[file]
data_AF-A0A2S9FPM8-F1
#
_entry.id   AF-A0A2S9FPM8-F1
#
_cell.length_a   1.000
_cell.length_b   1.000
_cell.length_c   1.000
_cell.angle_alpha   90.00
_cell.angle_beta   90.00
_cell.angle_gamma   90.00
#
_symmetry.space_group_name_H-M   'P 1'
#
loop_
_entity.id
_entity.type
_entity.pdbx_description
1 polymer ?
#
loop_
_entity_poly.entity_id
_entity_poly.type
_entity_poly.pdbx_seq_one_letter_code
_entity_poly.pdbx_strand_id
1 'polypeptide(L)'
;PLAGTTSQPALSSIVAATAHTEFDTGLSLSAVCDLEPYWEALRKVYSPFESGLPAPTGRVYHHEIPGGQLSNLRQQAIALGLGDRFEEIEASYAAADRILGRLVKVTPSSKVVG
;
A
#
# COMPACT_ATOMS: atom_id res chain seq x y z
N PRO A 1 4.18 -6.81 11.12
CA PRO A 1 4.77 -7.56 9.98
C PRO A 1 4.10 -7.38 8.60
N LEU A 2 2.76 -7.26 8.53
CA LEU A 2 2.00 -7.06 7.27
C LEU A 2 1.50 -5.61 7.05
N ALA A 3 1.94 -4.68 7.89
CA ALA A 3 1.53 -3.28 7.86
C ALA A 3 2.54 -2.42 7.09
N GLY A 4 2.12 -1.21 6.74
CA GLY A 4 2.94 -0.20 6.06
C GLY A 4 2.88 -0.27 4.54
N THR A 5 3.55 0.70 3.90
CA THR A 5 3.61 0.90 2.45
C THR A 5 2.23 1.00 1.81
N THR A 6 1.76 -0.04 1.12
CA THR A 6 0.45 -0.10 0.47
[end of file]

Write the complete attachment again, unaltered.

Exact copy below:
data_AF-A0A2S9FPM8-F1
#
_entry.id   AF-A0A2S9FPM8-F1
#
_cell.length_a   1.000
_cell.length_b   1.000
_cell.length_c   1.000
_cell.angle_alpha   90.00
_cell.angle_beta   90.00
_cell.angle_gamma   90.00
#
_symmetry.space_group_name_H-M   'P 1'
#
loop_
_entity.id
_entity.type
_entity.pdbx_description
1 polymer ?
#
loop_
_entity_poly.entity_id
_entity_poly.type
_entity_poly.pdbx_seq_one_letter_code
_entity_poly.pdbx_strand_id
1 'polypeptide(L)'
;PLAGTTSQPALSSIVAATAHTEFDTGLSLSAVCDLEPYWEALRKVYSPFESGLPAPTGRVYHHEIPGGQLSNLRQQAIALGLGDRFEEIEASYAAADRILGRLVKVTPSSKVVG
;
A
#
# COMPACT_ATOMS: atom_id res chain seq x y z
N PRO A 1 4.18 -6.81 11.12
CA PRO A 1 4.77 -7.56 9.98
C PRO A 1 4.10 -7.38 8.60
N LEU A 2 2.76 -7.26 8.53
CA LEU A 2 2.00 -7.06 7.27
C LEU A 2 1.50 -5.61 7.05
N ALA A 3 1.94 -4.68 7.89
CA ALA A 3 1.53 -3.28 7.86
C ALA A 3 2.54 -2.42 7.09
N GLY A 4 2.12 -1.21 6.74
CA GLY A 4 2.94 -0.20 6.06
C GLY A 4 2.88 -0.27 4.54
N THR A 5 3.55 0.70 3.90
CA THR A 5 3.61 0.90 2.45
C THR A 5 2.23 1.00 1.81
N THR A 6 1.76 -0.04 1.12
CA THR A 6 0.45 -0.10 0.47